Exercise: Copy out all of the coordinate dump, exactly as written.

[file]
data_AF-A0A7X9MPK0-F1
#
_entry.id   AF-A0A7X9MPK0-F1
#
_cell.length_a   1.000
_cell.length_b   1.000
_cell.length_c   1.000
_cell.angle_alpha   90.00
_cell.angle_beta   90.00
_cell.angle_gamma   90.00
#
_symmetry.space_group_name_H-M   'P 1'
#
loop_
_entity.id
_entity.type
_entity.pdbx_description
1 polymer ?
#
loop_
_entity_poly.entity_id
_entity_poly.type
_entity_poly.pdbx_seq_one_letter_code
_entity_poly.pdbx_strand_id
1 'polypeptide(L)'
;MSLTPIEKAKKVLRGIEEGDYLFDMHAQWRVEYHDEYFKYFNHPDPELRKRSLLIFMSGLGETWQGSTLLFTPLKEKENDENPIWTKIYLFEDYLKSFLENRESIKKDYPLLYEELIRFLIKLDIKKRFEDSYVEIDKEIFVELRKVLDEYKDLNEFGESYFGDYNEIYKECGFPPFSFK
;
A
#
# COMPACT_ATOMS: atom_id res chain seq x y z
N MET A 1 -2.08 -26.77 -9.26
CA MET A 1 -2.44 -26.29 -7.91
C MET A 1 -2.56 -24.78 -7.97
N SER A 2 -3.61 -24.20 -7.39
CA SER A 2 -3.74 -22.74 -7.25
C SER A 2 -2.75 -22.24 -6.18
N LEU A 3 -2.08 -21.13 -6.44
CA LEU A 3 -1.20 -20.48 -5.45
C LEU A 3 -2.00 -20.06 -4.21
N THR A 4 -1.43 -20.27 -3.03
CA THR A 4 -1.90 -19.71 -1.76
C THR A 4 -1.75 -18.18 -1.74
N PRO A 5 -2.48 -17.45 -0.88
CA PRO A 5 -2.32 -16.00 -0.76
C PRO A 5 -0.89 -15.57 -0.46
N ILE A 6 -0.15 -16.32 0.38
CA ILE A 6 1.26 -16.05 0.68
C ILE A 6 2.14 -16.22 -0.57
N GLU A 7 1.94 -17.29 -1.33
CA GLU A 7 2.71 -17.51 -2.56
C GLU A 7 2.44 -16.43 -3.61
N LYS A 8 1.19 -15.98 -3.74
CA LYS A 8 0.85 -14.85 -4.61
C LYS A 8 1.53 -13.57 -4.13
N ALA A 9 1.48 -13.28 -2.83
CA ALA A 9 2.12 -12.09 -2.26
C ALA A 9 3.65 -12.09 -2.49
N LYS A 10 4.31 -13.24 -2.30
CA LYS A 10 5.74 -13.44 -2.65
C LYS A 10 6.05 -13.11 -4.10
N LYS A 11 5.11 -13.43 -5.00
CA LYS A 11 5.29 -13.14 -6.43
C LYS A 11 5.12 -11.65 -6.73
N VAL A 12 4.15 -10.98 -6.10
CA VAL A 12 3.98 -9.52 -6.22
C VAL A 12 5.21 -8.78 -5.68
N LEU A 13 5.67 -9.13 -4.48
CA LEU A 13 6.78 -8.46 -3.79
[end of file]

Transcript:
data_AF-A0A7X9MPK0-F1
#
_entry.id   AF-A0A7X9MPK0-F1
#
_cell.length_a   1.000
_cell.length_b   1.000
_cell.length_c   1.000
_cell.angle_alpha   90.00
_cell.angle_beta   90.00
_cell.angle_gamma   90.00
#
_symmetry.space_group_name_H-M   'P 1'
#
loop_
_entity.id
_entity.type
_entity.pdbx_description
1 polymer ?
#
loop_
_entity_poly.entity_id
_entity_poly.type
_entity_poly.pdbx_seq_one_letter_code
_entity_poly.pdbx_strand_id
1 'polypeptide(L)'
;MSLTPIEKAKKVLRGIEEGDYLFDMHAQWRVEYHDEYFKYFNHPDPELRKRSLLIFMSGLGETWQGSTLLFTPLKEKENDENPIWTKIYLFEDYLKSFLENRESIKKDYPLLYEELIRFLIKLDIKKRFEDSYVEIDKEIFVELRKVLDEYKDLNEFGESYFGDYNEIYKECGFPPFSFK
;
A
#
# COMPACT_ATOMS: atom_id res chain seq x y z
N MET A 1 -2.08 -26.77 -9.26
CA MET A 1 -2.44 -26.29 -7.91
C MET A 1 -2.56 -24.78 -7.97
N SER A 2 -3.61 -24.20 -7.39
CA SER A 2 -3.74 -22.74 -7.25
C SER A 2 -2.75 -22.24 -6.18
N LEU A 3 -2.08 -21.13 -6.44
CA LEU A 3 -1.20 -20.48 -5.45
C LEU A 3 -2.00 -20.06 -4.21
N THR A 4 -1.43 -20.27 -3.03
CA THR A 4 -1.90 -19.71 -1.76
C THR A 4 -1.75 -18.18 -1.74
N PRO A 5 -2.48 -17.45 -0.88
CA PRO A 5 -2.32 -16.00 -0.76
C PRO A 5 -0.89 -15.57 -0.46
N ILE A 6 -0.15 -16.32 0.38
CA ILE A 6 1.26 -16.05 0.68
C ILE A 6 2.14 -16.22 -0.57
N GLU A 7 1.94 -17.29 -1.33
CA GLU A 7 2.71 -17.51 -2.56
C GLU A 7 2.44 -16.43 -3.61
N LYS A 8 1.19 -15.98 -3.74
CA LYS A 8 0.85 -14.85 -4.61
C LYS A 8 1.53 -13.57 -4.13
N ALA A 9 1.48 -13.28 -2.83
CA ALA A 9 2.12 -12.09 -2.26
C ALA A 9 3.65 -12.09 -2.49
N LYS A 10 4.31 -13.24 -2.30
CA LYS A 10 5.74 -13.44 -2.65
C LYS A 10 6.05 -13.11 -4.10
N LYS A 11 5.11 -13.43 -5.00
CA LYS A 11 5.29 -13.14 -6.43
C LYS A 11 5.12 -11.65 -6.73
N VAL A 12 4.15 -10.98 -6.10
CA VAL A 12 3.98 -9.52 -6.22
C VAL A 12 5.21 -8.78 -5.68
N LEU A 13 5.67 -9.13 -4.48
CA LEU A 13 6.78 -8.46 -3.79